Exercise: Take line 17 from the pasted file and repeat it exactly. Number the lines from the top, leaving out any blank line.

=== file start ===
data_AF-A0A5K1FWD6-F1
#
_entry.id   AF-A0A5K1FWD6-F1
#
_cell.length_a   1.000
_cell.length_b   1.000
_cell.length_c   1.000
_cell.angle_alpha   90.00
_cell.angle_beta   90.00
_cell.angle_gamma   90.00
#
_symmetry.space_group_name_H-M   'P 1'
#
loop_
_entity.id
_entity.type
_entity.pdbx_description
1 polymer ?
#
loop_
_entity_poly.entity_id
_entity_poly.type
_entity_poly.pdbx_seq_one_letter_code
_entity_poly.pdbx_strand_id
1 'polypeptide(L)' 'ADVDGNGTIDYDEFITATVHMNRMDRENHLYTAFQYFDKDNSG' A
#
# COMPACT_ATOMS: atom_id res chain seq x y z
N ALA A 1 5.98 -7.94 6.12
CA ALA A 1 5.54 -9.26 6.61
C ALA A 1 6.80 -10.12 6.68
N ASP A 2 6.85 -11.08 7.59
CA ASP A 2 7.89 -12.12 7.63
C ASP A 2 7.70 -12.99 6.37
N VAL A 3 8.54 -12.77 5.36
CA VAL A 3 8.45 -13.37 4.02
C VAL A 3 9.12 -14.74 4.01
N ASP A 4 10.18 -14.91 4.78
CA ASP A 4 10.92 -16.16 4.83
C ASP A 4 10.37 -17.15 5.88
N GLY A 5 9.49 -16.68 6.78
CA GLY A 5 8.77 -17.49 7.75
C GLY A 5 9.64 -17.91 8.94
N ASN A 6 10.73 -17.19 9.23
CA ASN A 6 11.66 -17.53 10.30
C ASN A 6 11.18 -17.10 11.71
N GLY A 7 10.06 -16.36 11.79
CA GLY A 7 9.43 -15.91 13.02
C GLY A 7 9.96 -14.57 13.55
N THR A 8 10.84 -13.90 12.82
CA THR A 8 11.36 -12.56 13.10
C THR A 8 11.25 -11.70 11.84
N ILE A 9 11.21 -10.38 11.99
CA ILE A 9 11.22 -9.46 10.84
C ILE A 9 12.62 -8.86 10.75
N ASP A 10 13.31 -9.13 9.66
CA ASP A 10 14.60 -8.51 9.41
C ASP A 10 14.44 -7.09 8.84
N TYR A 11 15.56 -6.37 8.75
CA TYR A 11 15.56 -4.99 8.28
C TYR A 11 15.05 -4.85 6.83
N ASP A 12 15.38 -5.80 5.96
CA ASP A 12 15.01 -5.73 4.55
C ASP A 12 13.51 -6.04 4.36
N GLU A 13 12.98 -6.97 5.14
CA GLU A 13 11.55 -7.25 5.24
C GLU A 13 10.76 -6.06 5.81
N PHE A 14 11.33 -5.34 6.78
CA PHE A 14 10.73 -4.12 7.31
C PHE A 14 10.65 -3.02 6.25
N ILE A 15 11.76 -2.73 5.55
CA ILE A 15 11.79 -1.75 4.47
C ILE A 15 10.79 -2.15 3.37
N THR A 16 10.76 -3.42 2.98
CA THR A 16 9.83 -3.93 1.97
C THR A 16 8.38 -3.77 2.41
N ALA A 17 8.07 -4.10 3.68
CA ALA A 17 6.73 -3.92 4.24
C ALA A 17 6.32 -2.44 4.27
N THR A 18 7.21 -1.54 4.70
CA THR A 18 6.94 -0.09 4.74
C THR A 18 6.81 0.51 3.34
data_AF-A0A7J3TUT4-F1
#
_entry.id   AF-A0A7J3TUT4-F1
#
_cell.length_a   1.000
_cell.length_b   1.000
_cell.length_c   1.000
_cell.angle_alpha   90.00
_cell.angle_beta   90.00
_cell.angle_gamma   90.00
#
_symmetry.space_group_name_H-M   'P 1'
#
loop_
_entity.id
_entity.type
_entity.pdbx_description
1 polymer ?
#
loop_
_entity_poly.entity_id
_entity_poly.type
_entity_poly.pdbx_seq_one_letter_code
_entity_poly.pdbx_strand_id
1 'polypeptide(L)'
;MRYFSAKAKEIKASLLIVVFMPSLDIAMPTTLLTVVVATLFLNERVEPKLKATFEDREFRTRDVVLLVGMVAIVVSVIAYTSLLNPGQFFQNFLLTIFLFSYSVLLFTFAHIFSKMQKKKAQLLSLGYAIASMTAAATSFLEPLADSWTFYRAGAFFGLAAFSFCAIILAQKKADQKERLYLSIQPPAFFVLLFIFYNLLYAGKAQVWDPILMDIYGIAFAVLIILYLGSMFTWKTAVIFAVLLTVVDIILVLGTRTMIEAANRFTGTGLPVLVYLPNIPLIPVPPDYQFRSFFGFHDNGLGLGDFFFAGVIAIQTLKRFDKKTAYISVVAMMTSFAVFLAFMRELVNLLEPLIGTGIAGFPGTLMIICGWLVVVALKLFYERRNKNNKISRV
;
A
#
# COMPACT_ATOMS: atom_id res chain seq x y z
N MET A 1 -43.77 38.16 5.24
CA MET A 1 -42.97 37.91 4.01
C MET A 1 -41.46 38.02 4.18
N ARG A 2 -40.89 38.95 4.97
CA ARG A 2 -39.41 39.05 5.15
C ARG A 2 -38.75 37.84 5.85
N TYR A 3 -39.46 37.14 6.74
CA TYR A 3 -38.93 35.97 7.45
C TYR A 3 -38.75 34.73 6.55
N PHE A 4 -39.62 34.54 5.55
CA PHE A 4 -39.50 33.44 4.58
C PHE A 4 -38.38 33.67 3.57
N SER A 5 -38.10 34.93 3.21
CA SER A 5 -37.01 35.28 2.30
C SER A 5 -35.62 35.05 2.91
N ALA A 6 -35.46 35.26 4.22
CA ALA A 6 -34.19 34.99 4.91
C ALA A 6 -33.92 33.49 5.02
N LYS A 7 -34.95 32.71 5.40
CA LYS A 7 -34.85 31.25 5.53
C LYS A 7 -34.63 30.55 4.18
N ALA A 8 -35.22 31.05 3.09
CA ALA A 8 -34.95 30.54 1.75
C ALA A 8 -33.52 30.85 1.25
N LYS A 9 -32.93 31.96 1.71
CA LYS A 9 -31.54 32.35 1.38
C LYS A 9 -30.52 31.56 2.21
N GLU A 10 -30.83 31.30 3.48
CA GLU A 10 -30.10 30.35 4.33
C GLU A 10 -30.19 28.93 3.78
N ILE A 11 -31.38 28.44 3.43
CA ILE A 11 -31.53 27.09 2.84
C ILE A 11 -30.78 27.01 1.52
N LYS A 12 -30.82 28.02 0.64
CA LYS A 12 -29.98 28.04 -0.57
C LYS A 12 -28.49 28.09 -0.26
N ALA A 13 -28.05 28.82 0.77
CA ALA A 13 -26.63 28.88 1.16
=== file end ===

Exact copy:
_entity.pdbx_description